DOMAINNAME(1M) Maintenance Commands DOMAINNAME(1M)


NAME


domainname - set or display name of the current domain

SYNOPSIS


domainname [name-of-domain]


DESCRIPTION


Without an argument, domainname displays the name of the current domain
name used in RPC exchanges, usually referred to as the NIS domain name.
This name typically encompasses a group of hosts or passwd entries under
the same administration. The domainname command is used by various
components of Solaris to resolve names for entries such as are found in
passwd, hosts and aliases. By default, naming services such as NIS use
domainname to resolve names.


With appropriate privileges (root or an equivalent role [see rbac(5)]),
you can set the name of the domain by specifying the name as an argument
to the domainname command.


The domain name for various naming services can also be set by other
means. For example, ypinit can be used to specify a different domain for
all NIS calls. The domain name of the machine is usually set during boot
time through the domainname command by the svc:/system/identity:domain
service. If the new domain name is not saved in the /etc/defaultdomain
file, the machine reverts to the old domain after it reboots.


The sendmail(1M) daemon, as shipped with Solaris, and the sendmail
implementation provided by sendmail.org (formerly referred to as
"Berkeley 8.x sendmail") both attempt to determine a local host's fully
qualified host name at startup and both pursue follow-up actions if the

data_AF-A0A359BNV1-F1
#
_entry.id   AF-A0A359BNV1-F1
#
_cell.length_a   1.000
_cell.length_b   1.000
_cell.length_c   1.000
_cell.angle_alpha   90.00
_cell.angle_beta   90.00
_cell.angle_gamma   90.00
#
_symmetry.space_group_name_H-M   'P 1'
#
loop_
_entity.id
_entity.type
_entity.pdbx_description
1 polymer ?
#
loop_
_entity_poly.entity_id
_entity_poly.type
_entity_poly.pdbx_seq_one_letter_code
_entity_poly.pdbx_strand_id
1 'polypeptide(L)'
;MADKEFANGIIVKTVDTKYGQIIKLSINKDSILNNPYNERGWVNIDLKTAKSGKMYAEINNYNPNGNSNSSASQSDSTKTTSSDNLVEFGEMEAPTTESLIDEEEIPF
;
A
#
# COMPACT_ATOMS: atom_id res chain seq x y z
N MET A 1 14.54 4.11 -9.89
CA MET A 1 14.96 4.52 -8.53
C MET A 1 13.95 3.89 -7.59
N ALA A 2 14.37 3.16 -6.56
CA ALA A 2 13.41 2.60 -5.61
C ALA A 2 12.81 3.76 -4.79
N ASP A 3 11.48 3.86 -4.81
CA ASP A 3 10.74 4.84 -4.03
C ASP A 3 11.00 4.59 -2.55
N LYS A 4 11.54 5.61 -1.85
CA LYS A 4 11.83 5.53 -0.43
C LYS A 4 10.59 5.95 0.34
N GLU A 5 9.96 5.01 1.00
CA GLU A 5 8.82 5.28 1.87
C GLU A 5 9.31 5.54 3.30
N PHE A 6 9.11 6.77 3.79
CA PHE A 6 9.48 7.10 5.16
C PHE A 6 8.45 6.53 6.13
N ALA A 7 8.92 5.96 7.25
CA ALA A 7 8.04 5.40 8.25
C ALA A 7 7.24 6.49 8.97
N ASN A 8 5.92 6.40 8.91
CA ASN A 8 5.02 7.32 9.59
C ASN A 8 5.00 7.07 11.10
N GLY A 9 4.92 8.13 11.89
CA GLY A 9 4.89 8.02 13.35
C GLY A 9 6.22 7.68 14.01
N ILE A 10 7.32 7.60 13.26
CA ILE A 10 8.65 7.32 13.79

initial search fails. It is in these follow-up actions that the two
implementations differ.


Both implementations use a standard Solaris or Unix system call to
determine its fully qualified host name at startup, following the name
service priorities specified in nsswitch.conf(4). To this point, the
Solaris and sendmail.org versions behave identically.


If the request for a fully qualified host name fails, the sendmail.org
sendmail sleeps for 60 seconds, tries again, and, upon continuing
failure, resorts to a short name. The Solaris version of sendmail makes
the same initial request, but then, following initial failure, calls
domainname. If successful, the sleep is avoided.


On a Solaris machine, if you run the sendmail.org version of sendmail,
you get the startup behavior (omitting the domainname call) described
above. If you run the Solaris sendmail, the domainname call is made if
needed.


If the Solaris sendmail cannot determine the fully qualified host name,
use check-hostname(1M) as a troubleshooting aid. This script can offer
guidance as to appropriate corrective action.

FILES


/etc/defaultdomain


/etc/nsswitch.conf


SEE ALSO


svcs(1), check-hostname(1M), hostconfig(1M), named(1M), sendmail(1M),
svcadm(1M), ypinit(1M), aliases(4), defaultdomain(4), hosts(4),
nsswitch.conf(4), passwd(4), attributes(5), rbac(5), smf(5)

NOTES


The domainname service is managed by the service management facility,
smf(5), under the service identifier:

svc:/system/identity:domain


Administrative actions on this service, such as enabling, disabling, or
requesting restart, can be performed using svcadm(1M). The service's
status can be queried using the svcs(1) command.


May 13, 2017 DOMAINNAME(1M)